One day in April 2015, Lynne Avadenka got an unexpected email that turned out to be more like a winning lottery ticket. Bloomberg Philanthropies invited Signal-Return, the Detroit arts nonprofit she leads, to apply for a grant.
A few months later, the first installment of a $25,000 grant arrived. The money was a boon that helped pay rent, salaries, and other operational costs at the five-year-old organization, a letterpress printing and arts center with a $140,000 annual budget and five full- and part-time employees.
That email was one of more than 250 such invitations Bloomberg Philanthropies sent to small and midsized arts organizations last year as part of a $30 million effort called Arts Innovation and Management. The program is aimed at strengthening cultural groups — and the communities they serve — by providing unrestricted money, comprehensive management training, and mentoring over two years.
"It felt like a gift," Ms. Avadenka says. "You get this lovely email out of the blue and then suddenly you’re the recipient of all this great knowledge."
Bloomberg Philanthropies piloted the program in its home base of New York from 2011 to 2013. Today it is working with nonprofits in Boston, Chicago, Dallas, Detroit, Los Angeles and San Francisco. The grant maker worked with community foundations, local arts commissions, and others to identify potential recipients in each city.
In all, 262 groups have received grants of varying sizes along with an intensive curriculum developed by the DeVos Institute of Arts Management at the University of Maryland, which leads the training and provides mentors.
While grantees can spend the money as they wish, they must undergo training and raise money to match their grant. Their boards are expected to help raise funds, and grantees are expected to maintain information about their organizations in DataArts, an online management system for culture groups.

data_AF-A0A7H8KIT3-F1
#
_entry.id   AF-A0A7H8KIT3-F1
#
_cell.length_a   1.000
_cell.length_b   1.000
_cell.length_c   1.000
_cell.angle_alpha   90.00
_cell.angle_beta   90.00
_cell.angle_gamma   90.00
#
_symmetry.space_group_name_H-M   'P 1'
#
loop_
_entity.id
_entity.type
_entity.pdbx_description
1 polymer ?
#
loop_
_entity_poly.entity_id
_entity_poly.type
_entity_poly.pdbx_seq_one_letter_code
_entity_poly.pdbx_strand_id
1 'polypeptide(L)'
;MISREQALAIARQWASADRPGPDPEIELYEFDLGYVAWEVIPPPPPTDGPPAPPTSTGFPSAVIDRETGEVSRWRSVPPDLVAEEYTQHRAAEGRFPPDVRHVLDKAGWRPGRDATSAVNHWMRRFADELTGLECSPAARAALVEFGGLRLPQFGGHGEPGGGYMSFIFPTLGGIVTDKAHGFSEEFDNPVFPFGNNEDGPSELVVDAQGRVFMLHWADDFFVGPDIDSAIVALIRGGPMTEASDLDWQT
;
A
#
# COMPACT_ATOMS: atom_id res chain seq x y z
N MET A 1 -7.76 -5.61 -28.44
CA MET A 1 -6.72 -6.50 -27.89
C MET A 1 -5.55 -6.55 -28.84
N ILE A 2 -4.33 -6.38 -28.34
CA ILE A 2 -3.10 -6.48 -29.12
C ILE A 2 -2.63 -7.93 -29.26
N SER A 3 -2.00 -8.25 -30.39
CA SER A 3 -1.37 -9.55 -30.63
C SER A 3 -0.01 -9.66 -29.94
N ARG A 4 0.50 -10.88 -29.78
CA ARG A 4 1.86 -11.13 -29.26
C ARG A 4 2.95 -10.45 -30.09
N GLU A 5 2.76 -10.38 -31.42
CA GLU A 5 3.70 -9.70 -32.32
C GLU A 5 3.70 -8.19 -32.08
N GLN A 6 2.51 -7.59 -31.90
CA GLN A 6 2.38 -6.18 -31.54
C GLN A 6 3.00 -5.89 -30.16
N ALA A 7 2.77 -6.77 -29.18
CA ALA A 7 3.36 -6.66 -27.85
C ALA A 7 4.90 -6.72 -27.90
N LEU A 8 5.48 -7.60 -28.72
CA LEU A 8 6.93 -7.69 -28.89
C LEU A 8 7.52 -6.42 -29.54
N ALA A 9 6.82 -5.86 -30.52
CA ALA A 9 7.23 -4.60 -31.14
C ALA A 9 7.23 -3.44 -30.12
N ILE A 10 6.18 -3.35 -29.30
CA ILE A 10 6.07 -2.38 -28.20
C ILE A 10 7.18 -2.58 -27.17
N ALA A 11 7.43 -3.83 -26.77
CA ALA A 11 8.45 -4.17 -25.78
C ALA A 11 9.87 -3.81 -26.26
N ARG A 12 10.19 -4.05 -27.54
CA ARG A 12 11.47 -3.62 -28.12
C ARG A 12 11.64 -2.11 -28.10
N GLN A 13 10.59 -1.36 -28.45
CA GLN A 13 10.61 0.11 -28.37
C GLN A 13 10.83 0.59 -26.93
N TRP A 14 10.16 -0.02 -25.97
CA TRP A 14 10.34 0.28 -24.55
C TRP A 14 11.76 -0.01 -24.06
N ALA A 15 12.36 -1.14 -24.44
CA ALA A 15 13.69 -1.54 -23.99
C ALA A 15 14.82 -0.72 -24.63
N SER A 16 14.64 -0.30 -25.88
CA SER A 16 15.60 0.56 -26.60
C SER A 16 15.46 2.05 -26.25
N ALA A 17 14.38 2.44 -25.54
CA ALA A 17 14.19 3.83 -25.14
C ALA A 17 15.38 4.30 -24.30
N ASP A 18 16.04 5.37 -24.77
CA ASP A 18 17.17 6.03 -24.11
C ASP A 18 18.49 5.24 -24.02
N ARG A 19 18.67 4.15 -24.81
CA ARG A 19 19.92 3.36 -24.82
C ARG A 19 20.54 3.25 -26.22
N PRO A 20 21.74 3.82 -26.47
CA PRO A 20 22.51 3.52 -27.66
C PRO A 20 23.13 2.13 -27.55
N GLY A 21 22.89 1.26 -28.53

The program has its roots in Bloomberg Philanthropies’ broader focus on urban quality of life and the social and economic health of cities. A robust arts and culture scene that is accessible to people from different walks of life is an essential part of a strong metropolis, says Kate Levin, who oversees the foundation’s arts-related efforts.
"There’s a growing consensus that cultural organizations aren’t just about the programming," Ms. Levin says. "They’re valuable because in the course of delivering programming they function in ways that have enormous social benefits."
All arts and culture groups contribute to a city’s identity and the education of its residents in powerful ways, she says, but the small and midsize groups among them are essential linchpins.
"They provide programming that is often a major way people access ideas they don’t already possess and get access to other kinds of cultures," Ms. Levin says.
They also provide a subtle layer of "social cohesion," she adds. An arts group’s striking building may be a source of pride in a neighborhood lacking in distinctive architecture, for example, or it may be open at times when streets have emptied.
The Economics of Art
A vibrant arts scene also brings economic returns. Arts and culture groups contributed $704.2 billion to the U.S. economy in 2013, a 32.5 percent increase from 1998, according to a recent National Endowment for the Arts report. A study conducted by Americans for the Arts found that audiences spent more than $74 billion at local businesses when attending arts and culture events.
Recognizing those benefits, the Bloomberg program is thoroughly focused on helping arts organizations sustain themselves. All grantees attend five or six seminars a year on topics like fundraising and donor stewardship, board development, strategic planning, and marketing. The seminars are led by seasoned DeVos arts and culture leaders and grantees. A webinar and mandatory homework follows each.